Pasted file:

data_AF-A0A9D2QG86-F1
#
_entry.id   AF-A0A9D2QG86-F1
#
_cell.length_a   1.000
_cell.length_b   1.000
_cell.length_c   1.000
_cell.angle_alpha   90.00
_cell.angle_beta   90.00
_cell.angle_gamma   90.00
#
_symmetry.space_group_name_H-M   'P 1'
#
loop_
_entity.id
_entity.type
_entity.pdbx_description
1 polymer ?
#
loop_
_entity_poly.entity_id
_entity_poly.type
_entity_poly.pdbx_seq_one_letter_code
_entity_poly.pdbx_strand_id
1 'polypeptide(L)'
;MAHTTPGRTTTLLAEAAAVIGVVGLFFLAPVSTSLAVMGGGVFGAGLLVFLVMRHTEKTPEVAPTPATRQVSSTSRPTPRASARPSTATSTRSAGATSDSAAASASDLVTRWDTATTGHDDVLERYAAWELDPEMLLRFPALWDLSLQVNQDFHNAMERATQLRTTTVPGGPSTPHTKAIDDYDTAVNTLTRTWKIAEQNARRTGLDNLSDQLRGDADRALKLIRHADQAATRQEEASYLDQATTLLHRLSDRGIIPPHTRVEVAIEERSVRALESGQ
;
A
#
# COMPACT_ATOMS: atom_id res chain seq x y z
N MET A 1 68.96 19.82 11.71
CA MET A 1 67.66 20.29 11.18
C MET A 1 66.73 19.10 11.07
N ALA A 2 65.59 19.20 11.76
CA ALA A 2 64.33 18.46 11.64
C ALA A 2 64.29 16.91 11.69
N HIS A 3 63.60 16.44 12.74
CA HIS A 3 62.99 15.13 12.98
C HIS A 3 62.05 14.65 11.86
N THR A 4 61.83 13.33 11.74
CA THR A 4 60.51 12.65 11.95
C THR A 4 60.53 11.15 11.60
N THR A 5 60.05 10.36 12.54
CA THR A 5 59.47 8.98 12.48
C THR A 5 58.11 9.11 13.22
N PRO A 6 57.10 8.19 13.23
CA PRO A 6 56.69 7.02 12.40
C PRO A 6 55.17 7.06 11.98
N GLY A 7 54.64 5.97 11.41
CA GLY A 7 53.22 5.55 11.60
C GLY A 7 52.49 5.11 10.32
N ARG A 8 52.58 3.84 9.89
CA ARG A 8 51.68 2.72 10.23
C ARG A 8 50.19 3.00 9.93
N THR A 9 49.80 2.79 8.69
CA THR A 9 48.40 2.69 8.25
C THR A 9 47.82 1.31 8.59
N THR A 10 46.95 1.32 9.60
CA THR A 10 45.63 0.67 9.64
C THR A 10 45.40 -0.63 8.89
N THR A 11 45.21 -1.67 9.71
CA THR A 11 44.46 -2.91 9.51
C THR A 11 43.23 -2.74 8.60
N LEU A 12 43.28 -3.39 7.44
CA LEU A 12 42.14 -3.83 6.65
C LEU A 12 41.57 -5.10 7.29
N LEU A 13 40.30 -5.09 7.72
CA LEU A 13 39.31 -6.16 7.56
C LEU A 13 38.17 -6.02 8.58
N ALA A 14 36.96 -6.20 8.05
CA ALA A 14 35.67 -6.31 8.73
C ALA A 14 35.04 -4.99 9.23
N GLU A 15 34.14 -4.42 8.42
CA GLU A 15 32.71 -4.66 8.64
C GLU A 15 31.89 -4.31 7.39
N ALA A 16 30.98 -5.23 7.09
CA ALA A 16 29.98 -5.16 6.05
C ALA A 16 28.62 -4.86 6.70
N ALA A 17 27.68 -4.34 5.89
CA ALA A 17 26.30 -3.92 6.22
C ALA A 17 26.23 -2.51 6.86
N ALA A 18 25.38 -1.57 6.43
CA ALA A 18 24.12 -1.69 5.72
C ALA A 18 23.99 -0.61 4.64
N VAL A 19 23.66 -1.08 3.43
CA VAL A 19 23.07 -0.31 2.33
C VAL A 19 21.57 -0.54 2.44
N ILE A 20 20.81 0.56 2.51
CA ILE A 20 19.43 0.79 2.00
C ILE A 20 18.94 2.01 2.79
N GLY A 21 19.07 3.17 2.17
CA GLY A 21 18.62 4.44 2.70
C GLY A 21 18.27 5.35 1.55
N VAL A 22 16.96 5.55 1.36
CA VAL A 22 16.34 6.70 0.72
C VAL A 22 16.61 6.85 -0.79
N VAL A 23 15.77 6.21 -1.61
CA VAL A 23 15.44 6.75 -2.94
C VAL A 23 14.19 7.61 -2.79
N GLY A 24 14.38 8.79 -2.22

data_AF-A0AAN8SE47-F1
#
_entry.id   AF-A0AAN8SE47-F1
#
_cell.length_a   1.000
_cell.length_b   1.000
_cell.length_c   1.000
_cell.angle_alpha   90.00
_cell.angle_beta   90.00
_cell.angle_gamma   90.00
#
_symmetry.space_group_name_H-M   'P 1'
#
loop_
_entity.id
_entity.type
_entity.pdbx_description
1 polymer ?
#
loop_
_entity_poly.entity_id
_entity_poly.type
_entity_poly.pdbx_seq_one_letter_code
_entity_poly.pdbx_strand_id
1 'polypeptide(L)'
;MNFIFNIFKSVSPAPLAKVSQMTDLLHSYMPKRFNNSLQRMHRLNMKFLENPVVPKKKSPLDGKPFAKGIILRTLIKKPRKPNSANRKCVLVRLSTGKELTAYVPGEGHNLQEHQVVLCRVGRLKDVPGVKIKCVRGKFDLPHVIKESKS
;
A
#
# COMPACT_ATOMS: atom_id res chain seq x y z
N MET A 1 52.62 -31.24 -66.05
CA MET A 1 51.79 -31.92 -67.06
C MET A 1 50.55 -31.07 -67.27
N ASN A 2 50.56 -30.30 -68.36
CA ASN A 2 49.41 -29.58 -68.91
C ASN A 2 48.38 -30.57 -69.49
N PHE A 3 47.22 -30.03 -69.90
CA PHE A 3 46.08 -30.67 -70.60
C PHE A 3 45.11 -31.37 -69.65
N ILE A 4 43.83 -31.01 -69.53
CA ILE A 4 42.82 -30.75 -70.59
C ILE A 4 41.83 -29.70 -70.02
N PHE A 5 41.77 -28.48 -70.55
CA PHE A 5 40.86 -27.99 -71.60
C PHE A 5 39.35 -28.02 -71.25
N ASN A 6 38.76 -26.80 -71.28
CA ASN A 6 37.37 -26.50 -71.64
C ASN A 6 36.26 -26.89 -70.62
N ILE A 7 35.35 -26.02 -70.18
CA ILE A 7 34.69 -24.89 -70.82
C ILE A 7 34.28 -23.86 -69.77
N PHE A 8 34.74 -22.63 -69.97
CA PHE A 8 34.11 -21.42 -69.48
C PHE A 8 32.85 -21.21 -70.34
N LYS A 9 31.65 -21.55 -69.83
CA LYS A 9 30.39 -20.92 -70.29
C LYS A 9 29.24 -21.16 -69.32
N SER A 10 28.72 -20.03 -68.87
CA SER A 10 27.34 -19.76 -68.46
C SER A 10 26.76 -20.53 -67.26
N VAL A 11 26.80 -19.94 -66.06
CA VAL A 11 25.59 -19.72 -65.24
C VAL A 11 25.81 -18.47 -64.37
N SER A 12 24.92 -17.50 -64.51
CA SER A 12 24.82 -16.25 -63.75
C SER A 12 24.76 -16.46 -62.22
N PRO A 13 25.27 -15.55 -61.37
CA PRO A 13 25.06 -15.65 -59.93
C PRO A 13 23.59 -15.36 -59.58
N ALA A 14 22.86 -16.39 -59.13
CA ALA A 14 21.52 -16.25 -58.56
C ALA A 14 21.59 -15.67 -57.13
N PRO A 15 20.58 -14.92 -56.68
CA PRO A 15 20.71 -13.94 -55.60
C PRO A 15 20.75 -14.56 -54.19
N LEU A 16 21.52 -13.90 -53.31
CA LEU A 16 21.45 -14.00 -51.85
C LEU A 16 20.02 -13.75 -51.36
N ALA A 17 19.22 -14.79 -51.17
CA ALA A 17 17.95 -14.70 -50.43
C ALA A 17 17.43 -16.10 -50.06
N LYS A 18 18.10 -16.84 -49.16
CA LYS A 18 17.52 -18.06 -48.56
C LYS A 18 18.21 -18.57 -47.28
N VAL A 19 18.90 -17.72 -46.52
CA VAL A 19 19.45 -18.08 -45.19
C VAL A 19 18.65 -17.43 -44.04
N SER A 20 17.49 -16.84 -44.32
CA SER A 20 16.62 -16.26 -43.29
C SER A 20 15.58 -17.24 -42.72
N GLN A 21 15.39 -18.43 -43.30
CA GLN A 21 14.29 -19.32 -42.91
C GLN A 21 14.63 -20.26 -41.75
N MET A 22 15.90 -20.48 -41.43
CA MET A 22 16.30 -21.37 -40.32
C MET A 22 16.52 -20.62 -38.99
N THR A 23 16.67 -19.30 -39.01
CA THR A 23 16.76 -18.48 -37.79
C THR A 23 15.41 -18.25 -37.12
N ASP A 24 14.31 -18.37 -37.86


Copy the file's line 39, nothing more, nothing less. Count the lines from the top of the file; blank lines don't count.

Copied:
C HIS A 3 62.05 14.65 11.86